League Looks To Attract New Generation Of Supporters

The Football League has set itself a target of increasing attendances to 21 million by 2010.

League Chairman Sir Brian Mawhinney outlined the organisation's ambition as he revealed more detail about The League's re-branding at a press conference in London.

The 21 million target would constitute a 30% increase on the 2003/04 figure of almost 16 million ­ the highest aggregate attendance for 40 years ­ and Mawhinney believes the figure is possible as League clubs continue to build on recent success and a firmer financial base.

Mawhinney said: "In the last few seasons The Football League has faced one of the most challenging periods in its history. Its response has been a groundbreaking good governance strategy that has strengthened the financial position of clubs.

"Our focus now is turning to the future and our aim is to attract many new fans to our games. I think it is realistic that crowd levels could reach the 21m mark by 2010."

And Mawhinney revealed that during the next 12 months The League's re-branding strategies will also focus on strengthening the links between clubs and their communities, enhancing the club-supporter relationship, increasing the number of children playing football and delivering new commercial revenue for clubs.

He said: "Our clubs are the embodiment of community. In many cases they are the single biggest communal activity in their towns and cities. We want to enhance the value of each club to the families that live locally by delivering imaginative new partnerships between clubs, their communities and commercial sponsors.

"The first two community initiatives that The League will introduce are a new 'Fans League' to encourage vocal participation at games and a 'Community Cup' competition for primary schools with the final, hopefully, being played at the new Wembley Stadium from 2005/06."

The Fans League will see the set of supporters who provide the best encouragement to their team awarded points in traditional League format (3 points for a win etc), with the result being determined by an independent adjudicator. The teams at the top of each league at the end of each season will gain a cash reward which will be used to benefit the supporters.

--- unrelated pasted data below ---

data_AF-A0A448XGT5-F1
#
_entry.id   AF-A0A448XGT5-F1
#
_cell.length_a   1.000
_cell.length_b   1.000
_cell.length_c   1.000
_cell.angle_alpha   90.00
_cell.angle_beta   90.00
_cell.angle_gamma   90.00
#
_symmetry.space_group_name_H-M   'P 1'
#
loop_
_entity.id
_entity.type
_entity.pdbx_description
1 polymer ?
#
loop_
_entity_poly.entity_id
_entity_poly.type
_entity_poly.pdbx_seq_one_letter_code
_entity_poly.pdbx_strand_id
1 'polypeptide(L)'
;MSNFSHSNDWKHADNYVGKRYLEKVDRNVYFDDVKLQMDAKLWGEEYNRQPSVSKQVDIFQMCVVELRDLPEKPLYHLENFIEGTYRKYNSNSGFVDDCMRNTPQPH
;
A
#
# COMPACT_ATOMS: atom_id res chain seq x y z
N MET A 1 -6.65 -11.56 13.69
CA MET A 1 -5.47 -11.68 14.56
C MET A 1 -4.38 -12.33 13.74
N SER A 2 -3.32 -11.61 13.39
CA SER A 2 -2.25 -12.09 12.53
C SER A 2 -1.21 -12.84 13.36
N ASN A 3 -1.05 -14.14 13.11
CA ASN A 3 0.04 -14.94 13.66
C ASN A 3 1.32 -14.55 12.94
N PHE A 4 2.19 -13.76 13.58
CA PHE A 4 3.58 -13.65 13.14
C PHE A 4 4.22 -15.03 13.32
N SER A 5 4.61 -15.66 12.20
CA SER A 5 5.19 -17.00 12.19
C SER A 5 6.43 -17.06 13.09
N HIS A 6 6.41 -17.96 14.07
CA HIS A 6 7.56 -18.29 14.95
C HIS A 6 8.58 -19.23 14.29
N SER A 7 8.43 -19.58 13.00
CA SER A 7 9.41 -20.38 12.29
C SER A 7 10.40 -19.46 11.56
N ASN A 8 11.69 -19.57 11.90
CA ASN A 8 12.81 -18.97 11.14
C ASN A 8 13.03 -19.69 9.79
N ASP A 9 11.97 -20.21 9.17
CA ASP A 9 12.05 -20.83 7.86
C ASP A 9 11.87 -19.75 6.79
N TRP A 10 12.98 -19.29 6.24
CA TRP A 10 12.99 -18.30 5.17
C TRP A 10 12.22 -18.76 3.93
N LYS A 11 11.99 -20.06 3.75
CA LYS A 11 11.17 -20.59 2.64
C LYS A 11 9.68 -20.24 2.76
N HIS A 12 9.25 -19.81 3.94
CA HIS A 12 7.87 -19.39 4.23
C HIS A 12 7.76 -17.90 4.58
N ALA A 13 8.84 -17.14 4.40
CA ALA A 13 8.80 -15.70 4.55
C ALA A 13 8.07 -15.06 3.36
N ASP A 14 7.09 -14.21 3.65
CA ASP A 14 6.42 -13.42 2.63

The Community Cup schools competition will feature six-a-side teams of under 11's from more than 3000 schools and The League is currently seeking sponsors for both initiatives.

These latest announcements constitute the second stage of The League¹s re-branding process. The first stage was announced at its AGM in June and saw Division One, Two and Three renamed as The Championship, League 1 and League 2 respectively.

Mawhinney explained the reasoning behind the changes saying: ³The Football League exists primarily to organise excellent football competitions. Its re-branding process is designed to add to this skill by making The League an attractive and viable commercial entity in the marketplace.

"Prior to this, The League had not reviewed its public perception since 1988 ­ its centenary year. The intervening 15-year period has seen a significant reduction in the size of The Football League as a result of the formation of the FA Premier League. This development saw more money flowing to Premier League clubs, leading to greater financial disparity in the domestic game than ever before.

"This is an issue that The League had to address. We have done this, firstly by initiating an agenda of good governance reforms to bring financial stability to clubs. Secondly, we are targeting increased revenues for member clubs through a re-branding strategy that focuses attention on the pinnacle of our competition, The Championship. In choosing to re-brand our top echelon as The Championship we are re-establishing the historic name of our competition."

He added: "The Football League will continue to provide real football for real fans. That is essentially what we are about."